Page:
1. Squeakers. The level of noise in my house is probably more subdued than most. There aren’t kids screeching or multiple adults knocking around. The television or a webcast is usually running in the background just to provide some ambient sound. Maybe that’s why the sudden onset of every imaginable style of squeaky toy for dogs has left me slightly twitchy. Even with that said, I’m prepared to declare that dog toys with squeakers in them are absolutely tools of the devil, conceived in Hell itself and delivered by Amazon. If they can make whistles that only dogs can hear why can’t they rig toys to squeak in the same range? If feels like a wholly undeserved slice of the large and growing pet toy market.
2. Home Depot. Amazon has me trained, I suppose. I put in an order and two days later it ends up on my porch. Home Depot has a lot to learn from that model. I ordered something last Friday and it’s still sitting at the “order received.” A call to their customer service line gave me the stock answer that items usually ship in between 7 and 10 business days. I did, however, arrive home to find the item sitting on my front porch… even while a day later the tracking still says it’s just an “order received.” Hey, I’m happy to have it so I can get it installed over the weekend, but how the actual fuck is that an acceptable model of fulfillment in the internet age?
3. Lighting. I’ve gotten on board with some aspects of an automated home. I love my Nest thermostat. I love my security system – and it’s various environmental sensors that keep an eye out for smoke, carbon monoxide, and unexpected water in the basement. I’ve toe touched into the broader world of automated lighting – mostly using individual programmable switches and timers for various outlets and fixtures. It’s a system that works well enough given my somewhat fanatical adherence to routine. Still, there are some things I’d like to automate that are a little more involved and others I’d like to have a finer level of remote control over. This has led me down a deep and growing rabbit hole of home automation tools and systems… and into a growing awareness that doing what I want to do is going to be a not inexpensive effort. There’s more than a small part of me that wonders if the old mode of “flip switch, light turns on” isn’t really good enough. Of course then there’s the other, larger part that wants to exert detailed control over my environment that’s almost surely going to win the day. In this case, I suspect lighting is just the catalyst for a much larger and deep rooted annoyance.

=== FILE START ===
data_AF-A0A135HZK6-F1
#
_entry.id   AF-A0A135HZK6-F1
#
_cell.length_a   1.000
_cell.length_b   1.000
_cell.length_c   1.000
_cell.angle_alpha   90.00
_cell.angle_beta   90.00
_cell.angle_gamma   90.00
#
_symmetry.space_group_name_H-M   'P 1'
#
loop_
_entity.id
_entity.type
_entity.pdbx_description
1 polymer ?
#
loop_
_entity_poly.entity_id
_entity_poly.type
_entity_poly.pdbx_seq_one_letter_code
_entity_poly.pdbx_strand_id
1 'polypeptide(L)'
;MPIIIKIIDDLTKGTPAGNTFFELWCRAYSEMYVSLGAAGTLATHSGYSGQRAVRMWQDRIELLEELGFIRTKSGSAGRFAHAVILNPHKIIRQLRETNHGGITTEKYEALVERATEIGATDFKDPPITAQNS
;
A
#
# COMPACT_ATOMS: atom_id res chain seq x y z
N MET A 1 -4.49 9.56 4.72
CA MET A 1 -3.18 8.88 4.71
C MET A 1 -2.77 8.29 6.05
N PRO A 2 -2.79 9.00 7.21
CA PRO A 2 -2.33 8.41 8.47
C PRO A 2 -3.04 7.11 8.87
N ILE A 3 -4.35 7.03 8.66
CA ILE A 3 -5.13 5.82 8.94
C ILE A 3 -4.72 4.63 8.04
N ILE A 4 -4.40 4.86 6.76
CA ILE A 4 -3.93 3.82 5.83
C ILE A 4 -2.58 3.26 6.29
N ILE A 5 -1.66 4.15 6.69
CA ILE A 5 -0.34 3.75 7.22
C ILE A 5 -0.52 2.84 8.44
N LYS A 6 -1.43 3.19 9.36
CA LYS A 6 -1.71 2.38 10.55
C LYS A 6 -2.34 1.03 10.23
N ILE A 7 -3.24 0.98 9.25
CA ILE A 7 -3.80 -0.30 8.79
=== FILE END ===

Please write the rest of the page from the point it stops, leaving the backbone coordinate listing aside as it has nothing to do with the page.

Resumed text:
I noted with passing interest last week that apparently now Barbie will come in many shapes, colors, and flavors. That’s well and good, I suppose. What Mattel does with their flagship product is really of very little interest to me personally aside from the fact that the “news” report of this “dramatic change to a beloved toy” triggered a bit of a wander down memory lane.
Growing up as a boy in the early 1980s, I didn’t play with dolls, but I did play with an inordinate number of what some marketing executive cleverly labeled “action figures.” For their diminutive size, my GI Joes were all basically caricatures of Charles Atlas. Sure their plastic molded hair and facial features were all a bit different, but there they were, these 4-inch tall super men with their outsized biceps and chiseled good looks. I had a shoebox full of the things and yet somehow even as a child it didn’t occur to me that in order to be a successful adult that I’d need to look like a damned GI Joe.
Maybe it was a function of the time in which we lived, but I don’t remember spending any part of my childhood enamored with the cult of body image. It simply didn’t matter that my toys didn’t look much like me – or much like anyone else for that matter – because, well, they were toys. We played with them without benefit of (or need for) deep psychological consultation and analysis. The fact that it’s even a discussion today leads me to wonder if it’s the kids who are troubled by their toys or if they’re just reflecting back the fear and loathing of their parents own insecurities.